1. We live in an increasingly information-dense world. The only way to stand out is to dig down deep and bring your own story to the world. Your point of differentiation is you. You have no competitors.  Write a blog post that only you could write.

This made me smile.  As I mentioned recently to someone, nobody could write like this.  They would probably be much more literate.  The “me” that writes this is a rural and proud of it, computer science teacher and now hobbiest, district computer consultant, photographer wanna be, always reading and would like to think always learning.

2. The biggest challenge to blogging isn’t having the time, the ideas, or the resources to do it. It’s having the courage to do it. It takes guts to put yourself out there in front of the world. You can’t learn that. You just have to do it.

I totally agree with this.  I have no doubts that my thoughts and rants may not be universally accepted but they do reflect my experiences and thoughts at the time.  If I’m wrong, convince me.  I’ve always felt that sharing and refining your thoughts is helpful to personal growth.  I’ve worked with people who know they’re always right and sometimes feel sorry when they just keep on digging.

3. Stick to a theme. You don’t want to confuse your readers. It’s possible to use your other interests to tell your story but pick to a theme and build an audience around it.

I’m bad with this.  Just take a skim through my posts and you’ll find education, technology, formula 1, family, teaching, and goodness knows what else.  I always thought that the unpredictable blogger was an interesting one.  I’m wrong by this maxim.

4. There is no greater gift than when somebody takes their precious time to leave a comment on your blog. Never take that for granted. Love on your readers.

I’m wholeheartedly behind this.  I watch the statistics as they come though and really appreciate it when you drop a comment here, on Twitter, or on Facebook.  My biggest challenge is deciding whether it’s important to comment on each one.  I’ve always felt that the original post should contain the major content and just enjoy the way that it creates interaction after it goes live.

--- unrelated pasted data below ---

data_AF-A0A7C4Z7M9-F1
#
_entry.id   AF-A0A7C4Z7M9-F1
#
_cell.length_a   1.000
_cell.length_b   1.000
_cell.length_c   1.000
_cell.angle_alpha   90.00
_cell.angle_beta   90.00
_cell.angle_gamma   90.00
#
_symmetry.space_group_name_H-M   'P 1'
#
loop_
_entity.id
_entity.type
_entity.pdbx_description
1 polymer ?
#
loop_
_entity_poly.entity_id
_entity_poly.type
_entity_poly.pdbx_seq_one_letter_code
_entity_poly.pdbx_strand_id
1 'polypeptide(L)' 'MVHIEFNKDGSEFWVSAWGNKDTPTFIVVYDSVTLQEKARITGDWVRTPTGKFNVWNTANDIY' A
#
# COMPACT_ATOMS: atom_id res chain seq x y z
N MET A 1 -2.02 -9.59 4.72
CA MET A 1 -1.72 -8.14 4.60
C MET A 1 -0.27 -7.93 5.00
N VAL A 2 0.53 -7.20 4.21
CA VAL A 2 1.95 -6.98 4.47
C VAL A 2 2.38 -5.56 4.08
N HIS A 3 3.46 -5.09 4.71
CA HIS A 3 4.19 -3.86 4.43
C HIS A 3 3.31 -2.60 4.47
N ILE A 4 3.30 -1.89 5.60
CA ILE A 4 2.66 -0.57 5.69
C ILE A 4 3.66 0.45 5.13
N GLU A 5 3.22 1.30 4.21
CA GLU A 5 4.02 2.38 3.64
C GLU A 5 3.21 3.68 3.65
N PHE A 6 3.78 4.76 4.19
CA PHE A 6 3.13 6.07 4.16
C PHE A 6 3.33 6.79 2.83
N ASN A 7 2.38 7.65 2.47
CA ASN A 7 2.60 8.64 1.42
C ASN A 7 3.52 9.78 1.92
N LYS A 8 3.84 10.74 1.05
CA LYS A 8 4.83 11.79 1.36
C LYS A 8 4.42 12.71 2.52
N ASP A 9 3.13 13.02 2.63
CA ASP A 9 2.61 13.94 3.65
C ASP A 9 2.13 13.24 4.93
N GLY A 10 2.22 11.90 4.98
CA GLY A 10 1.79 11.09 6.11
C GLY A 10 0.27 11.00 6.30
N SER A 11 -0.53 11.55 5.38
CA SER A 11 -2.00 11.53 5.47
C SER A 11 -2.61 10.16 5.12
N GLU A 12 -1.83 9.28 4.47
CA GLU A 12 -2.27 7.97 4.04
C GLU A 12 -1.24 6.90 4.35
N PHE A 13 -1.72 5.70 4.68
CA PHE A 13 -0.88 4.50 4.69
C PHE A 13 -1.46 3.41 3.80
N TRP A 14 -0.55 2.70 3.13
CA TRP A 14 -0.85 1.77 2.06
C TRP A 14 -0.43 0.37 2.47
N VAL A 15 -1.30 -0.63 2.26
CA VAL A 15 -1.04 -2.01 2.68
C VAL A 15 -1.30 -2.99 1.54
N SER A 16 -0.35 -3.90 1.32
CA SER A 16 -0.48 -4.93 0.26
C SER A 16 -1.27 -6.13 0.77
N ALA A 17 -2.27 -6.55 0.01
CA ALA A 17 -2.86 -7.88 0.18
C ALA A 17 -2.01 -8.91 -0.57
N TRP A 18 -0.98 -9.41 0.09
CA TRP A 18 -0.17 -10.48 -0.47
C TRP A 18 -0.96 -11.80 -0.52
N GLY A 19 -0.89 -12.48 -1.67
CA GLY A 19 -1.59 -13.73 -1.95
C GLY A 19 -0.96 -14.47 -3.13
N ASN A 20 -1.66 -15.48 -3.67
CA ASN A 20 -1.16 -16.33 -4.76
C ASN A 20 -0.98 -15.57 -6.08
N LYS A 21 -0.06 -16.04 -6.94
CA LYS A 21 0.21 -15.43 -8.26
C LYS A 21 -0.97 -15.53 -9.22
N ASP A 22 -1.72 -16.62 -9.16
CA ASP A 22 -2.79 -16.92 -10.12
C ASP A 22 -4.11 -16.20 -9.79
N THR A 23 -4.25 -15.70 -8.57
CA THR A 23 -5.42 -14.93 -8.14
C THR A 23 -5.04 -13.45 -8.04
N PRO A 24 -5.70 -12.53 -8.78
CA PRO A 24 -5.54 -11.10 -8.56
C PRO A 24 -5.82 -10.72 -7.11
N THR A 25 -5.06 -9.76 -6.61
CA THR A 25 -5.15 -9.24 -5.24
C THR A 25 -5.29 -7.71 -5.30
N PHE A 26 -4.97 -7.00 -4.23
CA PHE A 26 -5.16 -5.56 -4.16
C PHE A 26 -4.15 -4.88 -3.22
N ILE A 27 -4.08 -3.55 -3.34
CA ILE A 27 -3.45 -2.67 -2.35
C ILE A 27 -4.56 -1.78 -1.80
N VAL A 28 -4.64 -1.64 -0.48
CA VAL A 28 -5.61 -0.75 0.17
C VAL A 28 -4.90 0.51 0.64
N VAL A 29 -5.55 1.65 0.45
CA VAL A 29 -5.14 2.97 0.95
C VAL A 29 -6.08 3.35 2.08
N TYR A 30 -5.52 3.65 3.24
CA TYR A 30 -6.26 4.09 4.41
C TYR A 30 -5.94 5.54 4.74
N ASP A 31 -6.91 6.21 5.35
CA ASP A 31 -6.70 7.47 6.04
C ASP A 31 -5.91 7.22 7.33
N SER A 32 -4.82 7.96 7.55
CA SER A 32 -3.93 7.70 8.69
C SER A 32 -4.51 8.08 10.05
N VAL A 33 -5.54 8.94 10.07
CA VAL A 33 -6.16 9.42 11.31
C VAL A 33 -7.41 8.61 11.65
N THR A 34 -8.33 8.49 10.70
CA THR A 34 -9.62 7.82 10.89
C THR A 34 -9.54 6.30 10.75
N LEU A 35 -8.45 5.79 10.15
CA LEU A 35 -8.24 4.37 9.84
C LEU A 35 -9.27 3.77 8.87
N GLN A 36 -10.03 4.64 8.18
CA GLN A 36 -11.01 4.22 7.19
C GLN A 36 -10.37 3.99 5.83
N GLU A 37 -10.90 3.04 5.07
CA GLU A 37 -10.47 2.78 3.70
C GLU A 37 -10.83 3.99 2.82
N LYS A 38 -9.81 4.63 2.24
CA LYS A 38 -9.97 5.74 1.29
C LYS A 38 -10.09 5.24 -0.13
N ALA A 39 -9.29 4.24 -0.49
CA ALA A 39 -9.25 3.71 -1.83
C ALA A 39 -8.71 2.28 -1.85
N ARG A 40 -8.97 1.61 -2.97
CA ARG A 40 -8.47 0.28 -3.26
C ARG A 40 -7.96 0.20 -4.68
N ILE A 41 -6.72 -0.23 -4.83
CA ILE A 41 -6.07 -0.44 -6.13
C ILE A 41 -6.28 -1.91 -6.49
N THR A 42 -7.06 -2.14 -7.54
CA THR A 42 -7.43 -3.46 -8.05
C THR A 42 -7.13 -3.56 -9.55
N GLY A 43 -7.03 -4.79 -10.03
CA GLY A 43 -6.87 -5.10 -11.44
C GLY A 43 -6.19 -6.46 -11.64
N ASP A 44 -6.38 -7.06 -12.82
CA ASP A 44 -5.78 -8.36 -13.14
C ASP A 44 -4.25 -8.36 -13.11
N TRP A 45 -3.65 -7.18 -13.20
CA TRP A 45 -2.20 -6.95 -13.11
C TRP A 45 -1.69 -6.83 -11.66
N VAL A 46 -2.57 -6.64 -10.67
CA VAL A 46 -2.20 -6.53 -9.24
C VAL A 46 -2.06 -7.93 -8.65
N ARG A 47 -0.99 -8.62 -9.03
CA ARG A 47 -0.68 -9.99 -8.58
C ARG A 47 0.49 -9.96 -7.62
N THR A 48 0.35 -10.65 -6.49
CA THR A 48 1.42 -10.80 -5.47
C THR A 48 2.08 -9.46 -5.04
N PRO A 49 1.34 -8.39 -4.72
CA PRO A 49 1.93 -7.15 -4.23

5. Be positive.  Lift people up. Negative blog posts are like seeing a car wreck. You might peek out of curiosity once in awhile but you certainly don’t want to see that every day.

I would like to think that I’m positive.  I hate going by blogs where there is venom spewed from beginning to end.  You just know that it’s not going to lead to productive conversation.  If someone posts negatively, you’re going to have a challenge making them see the positive side.  The flip side is a little easier.

6. Even the most talented and popular people in the world get criticized. If you attract criticism, you’re provoking thought … you’re doing job. Stay centered. Overall, the people in the blogosphere are very kind and supportive.  If you do good work, you will be rewarded.

I’ll vouch for this.  The readers that drop by here ARE kind and supportive.  And, when we actually get to meet, those awkward first steps of acquaintance are already breached.  You just know so much about each other already.

7. If you consistently create content that is RITE — Relevant, Interesting, Timely and Entertaining — you will be creating shareable, conversational blog posts. Of these, I believe the most important over time is “interesting.”  Boring is death to a blog.